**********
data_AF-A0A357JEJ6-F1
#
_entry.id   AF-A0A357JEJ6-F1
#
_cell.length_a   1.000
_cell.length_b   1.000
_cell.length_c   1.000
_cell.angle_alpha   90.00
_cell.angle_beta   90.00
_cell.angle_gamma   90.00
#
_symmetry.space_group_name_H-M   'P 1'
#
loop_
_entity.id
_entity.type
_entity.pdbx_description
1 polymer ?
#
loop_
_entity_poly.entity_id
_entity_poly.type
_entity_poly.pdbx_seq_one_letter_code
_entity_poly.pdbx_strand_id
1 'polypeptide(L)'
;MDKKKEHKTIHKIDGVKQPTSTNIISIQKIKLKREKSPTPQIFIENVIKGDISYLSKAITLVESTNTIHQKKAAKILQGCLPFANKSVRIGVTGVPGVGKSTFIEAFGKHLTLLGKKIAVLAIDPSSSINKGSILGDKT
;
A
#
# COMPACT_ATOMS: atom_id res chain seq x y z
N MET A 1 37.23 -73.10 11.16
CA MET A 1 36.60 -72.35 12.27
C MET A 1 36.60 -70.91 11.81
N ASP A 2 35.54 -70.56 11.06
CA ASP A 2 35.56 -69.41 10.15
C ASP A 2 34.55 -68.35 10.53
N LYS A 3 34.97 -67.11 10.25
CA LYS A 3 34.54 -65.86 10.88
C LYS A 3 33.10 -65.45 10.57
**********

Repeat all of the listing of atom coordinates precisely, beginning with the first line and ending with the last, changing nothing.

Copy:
data_AF-A0A357JEJ6-F1
#
_entry.id   AF-A0A357JEJ6-F1
#
_cell.length_a   1.000
_cell.length_b   1.000
_cell.length_c   1.000
_cell.angle_alpha   90.00
_cell.angle_beta   90.00
_cell.angle_gamma   90.00
#
_symmetry.space_group_name_H-M   'P 1'
#
loop_
_entity.id
_entity.type
_entity.pdbx_description
1 polymer ?
#
loop_
_entity_poly.entity_id
_entity_poly.type
_entity_poly.pdbx_seq_one_letter_code
_entity_poly.pdbx_strand_id
1 'polypeptide(L)'
;MDKKKEHKTIHKIDGVKQPTSTNIISIQKIKLKREKSPTPQIFIENVIKGDISYLSKAITLVESTNTIHQKKAAKILQGCLPFANKSVRIGVTGVPGVGKSTFIEAFGKHLTLLGKKIAVLAIDPSSSINKGSILGDKT
;
A
#
# COMPACT_ATOMS: atom_id res chain seq x y z
N MET A 1 37.23 -73.10 11.16
CA MET A 1 36.60 -72.35 12.27
C MET A 1 36.60 -70.91 11.81
N ASP A 2 35.54 -70.56 11.06
CA ASP A 2 35.56 -69.41 10.15
C ASP A 2 34.55 -68.35 10.53
N LYS A 3 34.97 -67.11 10.25
CA LYS A 3 34.54 -65.86 10.88
C LYS A 3 33.10 -65.45 10.57